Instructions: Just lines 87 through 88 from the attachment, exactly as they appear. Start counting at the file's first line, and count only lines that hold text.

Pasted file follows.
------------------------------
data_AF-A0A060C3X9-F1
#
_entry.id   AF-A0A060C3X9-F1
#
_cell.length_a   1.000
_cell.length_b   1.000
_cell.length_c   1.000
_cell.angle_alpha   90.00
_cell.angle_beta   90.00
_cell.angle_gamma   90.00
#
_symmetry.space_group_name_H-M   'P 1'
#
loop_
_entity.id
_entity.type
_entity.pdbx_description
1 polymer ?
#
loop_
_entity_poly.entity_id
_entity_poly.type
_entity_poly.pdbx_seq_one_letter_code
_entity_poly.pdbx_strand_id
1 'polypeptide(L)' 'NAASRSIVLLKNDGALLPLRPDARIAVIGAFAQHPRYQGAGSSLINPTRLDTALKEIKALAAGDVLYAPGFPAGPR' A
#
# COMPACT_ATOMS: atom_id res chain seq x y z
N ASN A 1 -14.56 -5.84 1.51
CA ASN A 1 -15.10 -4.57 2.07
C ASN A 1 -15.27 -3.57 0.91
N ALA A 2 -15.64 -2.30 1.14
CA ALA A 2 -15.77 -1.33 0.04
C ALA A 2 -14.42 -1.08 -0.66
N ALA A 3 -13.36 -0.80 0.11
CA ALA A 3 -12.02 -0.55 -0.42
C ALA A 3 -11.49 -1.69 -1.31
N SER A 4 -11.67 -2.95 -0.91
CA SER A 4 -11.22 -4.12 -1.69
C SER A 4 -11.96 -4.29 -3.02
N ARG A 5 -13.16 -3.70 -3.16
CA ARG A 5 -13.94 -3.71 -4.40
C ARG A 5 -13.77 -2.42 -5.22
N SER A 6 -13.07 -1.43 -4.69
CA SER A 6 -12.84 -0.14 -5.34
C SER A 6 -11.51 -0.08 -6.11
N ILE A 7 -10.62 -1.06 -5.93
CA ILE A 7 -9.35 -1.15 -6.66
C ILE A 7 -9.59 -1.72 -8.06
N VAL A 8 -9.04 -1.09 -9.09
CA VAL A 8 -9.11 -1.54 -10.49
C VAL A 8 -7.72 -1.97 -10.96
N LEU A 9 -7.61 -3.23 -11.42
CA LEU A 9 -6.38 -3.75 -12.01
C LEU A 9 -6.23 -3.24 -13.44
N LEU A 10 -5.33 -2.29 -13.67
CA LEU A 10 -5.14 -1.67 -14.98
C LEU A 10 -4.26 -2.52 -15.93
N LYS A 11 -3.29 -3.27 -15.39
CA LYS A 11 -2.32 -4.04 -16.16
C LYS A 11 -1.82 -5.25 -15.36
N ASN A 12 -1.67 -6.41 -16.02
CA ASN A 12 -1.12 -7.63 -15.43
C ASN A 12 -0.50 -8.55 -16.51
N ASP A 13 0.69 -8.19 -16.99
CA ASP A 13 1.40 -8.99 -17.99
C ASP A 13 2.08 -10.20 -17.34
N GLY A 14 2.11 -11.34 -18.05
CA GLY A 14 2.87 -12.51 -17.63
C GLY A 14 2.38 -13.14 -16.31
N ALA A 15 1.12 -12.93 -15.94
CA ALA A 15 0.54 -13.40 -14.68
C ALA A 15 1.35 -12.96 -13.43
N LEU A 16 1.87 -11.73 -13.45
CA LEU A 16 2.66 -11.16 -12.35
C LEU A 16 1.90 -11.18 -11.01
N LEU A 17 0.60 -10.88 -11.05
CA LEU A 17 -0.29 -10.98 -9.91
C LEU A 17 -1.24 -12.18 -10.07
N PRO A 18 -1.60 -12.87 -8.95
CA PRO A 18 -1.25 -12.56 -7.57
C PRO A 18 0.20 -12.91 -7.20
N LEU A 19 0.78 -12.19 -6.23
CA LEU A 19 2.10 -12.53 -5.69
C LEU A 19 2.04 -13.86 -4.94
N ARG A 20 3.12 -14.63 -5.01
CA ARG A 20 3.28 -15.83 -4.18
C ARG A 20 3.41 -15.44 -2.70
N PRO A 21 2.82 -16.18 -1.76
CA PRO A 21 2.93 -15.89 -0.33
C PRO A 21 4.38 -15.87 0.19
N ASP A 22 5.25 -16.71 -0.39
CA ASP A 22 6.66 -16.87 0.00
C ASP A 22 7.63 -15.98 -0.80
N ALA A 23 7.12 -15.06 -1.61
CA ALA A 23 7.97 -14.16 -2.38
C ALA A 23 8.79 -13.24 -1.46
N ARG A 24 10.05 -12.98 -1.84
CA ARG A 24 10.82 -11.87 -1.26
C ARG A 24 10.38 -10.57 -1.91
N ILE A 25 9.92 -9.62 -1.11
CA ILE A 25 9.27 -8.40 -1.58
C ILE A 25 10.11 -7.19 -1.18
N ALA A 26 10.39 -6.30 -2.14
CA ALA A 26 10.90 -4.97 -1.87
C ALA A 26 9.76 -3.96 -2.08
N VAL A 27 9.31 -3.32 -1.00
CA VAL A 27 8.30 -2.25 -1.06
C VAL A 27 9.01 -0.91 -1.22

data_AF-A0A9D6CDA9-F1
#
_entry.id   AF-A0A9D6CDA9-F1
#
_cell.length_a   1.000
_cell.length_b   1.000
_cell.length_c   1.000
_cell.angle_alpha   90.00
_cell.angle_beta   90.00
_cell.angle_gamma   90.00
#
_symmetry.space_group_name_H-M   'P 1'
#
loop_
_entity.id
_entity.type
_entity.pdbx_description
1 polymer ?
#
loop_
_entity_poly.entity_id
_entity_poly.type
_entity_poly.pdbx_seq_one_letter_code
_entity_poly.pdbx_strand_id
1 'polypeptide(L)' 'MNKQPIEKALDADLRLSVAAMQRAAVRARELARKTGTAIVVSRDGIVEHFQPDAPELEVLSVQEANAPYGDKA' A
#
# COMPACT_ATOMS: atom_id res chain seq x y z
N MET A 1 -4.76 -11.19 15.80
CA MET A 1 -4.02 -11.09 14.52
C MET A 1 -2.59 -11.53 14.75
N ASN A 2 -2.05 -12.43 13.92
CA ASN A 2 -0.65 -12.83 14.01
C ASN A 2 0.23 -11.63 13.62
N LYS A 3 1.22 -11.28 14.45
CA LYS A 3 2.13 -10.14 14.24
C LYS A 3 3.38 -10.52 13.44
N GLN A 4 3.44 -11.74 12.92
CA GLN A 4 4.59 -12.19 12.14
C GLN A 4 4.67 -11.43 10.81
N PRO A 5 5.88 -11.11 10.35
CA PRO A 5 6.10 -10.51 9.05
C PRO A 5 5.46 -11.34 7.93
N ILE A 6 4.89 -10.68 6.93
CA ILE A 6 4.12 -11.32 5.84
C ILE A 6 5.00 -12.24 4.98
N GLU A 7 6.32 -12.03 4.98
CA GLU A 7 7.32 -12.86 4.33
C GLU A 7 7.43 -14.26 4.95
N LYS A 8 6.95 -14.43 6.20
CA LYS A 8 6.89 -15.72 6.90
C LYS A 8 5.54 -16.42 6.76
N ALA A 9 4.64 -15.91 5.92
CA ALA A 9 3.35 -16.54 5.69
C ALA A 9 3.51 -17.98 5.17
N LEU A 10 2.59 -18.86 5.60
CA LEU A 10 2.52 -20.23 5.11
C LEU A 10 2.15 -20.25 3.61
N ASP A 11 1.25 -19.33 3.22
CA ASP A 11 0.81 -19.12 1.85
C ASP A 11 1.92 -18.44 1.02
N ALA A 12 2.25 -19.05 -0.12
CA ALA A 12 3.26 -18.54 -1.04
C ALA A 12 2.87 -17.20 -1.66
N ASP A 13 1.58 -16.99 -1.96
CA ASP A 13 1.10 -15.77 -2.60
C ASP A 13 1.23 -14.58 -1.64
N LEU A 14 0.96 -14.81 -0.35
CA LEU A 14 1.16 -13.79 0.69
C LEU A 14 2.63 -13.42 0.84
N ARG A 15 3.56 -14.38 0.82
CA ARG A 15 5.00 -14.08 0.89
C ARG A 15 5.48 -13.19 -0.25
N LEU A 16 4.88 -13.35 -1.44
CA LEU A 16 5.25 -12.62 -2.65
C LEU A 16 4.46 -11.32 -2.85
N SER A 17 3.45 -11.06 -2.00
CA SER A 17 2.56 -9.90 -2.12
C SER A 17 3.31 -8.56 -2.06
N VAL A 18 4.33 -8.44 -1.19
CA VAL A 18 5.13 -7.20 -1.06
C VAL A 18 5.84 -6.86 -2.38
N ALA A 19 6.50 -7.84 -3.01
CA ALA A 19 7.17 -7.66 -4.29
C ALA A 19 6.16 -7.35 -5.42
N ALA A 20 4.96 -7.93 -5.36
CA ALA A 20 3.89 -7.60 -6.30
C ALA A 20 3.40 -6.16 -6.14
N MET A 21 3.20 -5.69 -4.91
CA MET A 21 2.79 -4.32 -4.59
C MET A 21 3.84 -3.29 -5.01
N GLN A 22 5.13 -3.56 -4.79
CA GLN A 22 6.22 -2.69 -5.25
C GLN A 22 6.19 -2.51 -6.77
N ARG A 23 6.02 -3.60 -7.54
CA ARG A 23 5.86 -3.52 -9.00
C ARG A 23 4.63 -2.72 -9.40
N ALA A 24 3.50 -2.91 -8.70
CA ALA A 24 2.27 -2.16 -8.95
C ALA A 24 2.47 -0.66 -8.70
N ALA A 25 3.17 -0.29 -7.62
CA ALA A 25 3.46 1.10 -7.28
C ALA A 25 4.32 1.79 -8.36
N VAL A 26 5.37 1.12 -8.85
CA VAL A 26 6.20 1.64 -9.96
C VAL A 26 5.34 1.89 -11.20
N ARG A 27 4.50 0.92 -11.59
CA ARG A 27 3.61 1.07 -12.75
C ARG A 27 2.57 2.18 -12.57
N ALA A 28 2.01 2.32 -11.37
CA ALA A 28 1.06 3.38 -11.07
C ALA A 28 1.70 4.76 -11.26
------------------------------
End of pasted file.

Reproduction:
C ARG A 20 3.41 -15.44 -2.70
N PRO A 21 2.82 -16.18 -1.76